Run for Your Wife
Hopelessly dated and poorly executed comedy starring Danny Dyer
This comprehensively cack-handed adaptation of the long-running West End stage sex comedy will have all but the most thick of skin and dim of humour running from the cinema as though their very lives depended up on it. Co-director and screenwriter Ray Cooney’s big screen version of his own 1980s play is so poorly executed and the material so hopelessly dated that it traduces its (sort of) honourable origins as a theatrical farce to become nothing less than utterly farcical.
Although there probably never was much mileage in adapting a popular but fundamentally ropey stage romp for the screen, there are elements of the film that suggest it could have had something going for it. It’s nice to see Danny Dyer, the perennially gobby lad, having a go at lightweight comedy. Stereotyped though he may be, and possibly with a performance range that doesn’t extend beyond the M25, there’s nevertheless something oddly likeable about the east London boy who has, on occasion, proved he has got acting chops. Despite Dyer being game enough as cabbie John Smith, a bigamist whose careful and crafty management of two marriages swiftly unravels after he saves a bag lady from being mugged and as a have-a-go-hero becomes the unwanted focus of media and police attention, his first try at playing a comic lead is a pratfall.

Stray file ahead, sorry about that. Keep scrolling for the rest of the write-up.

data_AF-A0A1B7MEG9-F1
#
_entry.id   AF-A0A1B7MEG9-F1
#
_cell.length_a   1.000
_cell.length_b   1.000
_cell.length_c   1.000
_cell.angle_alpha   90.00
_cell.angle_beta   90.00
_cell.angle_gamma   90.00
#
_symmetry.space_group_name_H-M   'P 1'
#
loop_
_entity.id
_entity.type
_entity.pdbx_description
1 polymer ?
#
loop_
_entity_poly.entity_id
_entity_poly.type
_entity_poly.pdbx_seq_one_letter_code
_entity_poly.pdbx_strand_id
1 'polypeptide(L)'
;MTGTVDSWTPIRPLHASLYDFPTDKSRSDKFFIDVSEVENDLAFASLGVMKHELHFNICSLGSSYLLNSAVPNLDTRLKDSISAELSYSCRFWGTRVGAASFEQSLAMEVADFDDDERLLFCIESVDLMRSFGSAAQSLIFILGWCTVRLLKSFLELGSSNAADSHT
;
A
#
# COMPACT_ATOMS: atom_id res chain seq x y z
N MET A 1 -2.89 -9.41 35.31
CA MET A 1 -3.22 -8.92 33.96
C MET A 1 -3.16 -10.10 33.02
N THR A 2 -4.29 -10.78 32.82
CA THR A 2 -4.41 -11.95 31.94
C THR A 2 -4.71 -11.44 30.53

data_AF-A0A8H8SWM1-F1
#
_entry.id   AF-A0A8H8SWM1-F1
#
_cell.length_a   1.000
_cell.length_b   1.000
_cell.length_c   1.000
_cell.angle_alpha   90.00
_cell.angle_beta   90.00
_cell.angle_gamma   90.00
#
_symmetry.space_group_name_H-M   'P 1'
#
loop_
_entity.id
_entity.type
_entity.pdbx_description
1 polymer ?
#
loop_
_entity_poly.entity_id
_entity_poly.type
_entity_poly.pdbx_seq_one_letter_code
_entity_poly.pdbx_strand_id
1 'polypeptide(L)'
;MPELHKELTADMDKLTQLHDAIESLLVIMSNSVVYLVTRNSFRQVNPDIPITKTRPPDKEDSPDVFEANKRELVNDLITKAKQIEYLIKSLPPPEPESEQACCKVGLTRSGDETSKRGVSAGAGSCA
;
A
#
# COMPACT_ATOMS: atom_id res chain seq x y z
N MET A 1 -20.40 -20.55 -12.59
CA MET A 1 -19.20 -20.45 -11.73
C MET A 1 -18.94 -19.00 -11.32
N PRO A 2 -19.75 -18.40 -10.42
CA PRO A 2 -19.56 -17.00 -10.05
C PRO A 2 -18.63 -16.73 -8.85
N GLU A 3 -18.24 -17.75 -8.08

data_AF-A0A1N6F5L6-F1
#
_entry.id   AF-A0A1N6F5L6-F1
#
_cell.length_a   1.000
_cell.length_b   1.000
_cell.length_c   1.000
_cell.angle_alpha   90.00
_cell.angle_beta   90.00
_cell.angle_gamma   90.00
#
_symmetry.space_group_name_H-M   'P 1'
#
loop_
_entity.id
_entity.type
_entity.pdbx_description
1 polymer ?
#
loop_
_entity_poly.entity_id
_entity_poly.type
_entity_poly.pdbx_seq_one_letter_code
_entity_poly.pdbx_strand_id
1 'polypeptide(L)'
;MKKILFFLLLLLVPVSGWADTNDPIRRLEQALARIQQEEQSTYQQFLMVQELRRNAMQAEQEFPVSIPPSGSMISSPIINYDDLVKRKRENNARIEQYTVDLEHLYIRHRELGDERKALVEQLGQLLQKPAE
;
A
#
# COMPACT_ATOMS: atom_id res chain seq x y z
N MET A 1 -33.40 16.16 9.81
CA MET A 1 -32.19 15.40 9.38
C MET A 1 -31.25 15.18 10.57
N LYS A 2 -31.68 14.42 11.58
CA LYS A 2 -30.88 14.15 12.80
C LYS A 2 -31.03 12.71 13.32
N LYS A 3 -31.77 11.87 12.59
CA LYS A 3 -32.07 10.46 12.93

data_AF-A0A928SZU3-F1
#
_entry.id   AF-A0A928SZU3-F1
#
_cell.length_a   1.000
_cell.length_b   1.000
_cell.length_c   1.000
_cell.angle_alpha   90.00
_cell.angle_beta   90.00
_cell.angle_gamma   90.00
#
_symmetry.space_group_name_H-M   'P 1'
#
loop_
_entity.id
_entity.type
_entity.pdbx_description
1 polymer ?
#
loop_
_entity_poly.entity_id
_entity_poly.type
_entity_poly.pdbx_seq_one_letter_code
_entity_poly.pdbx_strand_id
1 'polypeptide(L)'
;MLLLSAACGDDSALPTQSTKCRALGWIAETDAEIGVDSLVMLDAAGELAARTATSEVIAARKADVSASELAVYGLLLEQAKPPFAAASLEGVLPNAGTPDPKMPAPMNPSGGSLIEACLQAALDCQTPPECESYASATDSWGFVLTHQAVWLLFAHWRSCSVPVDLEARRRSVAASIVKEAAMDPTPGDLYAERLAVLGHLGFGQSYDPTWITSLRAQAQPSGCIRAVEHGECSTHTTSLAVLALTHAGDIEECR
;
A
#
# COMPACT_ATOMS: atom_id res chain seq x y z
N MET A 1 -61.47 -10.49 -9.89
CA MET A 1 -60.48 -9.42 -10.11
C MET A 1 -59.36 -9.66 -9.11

The same can’t be said of Dyer’s leading ladies. Playing the cuckolded wives, Denise van Outen and Sarah Harding’s shrill yet lifeless turns betray their non-professional acting backgrounds. More diverting are the host of cameo appearances by famous old faces, among them Judi Dench, Cliff Richard, Sylvia Syms, Bernard Cribbins and, erm, Robin Askwith. The latter’s fleeting exposure, as it were, highlights Run for Your Wife’s resemblance not to the Carry on… films, but to the less amusing, more sexed up Confessions of… series, and it’s not even in the same minor comic league as those naughty romps.
Selected release from Thu 14 Feb.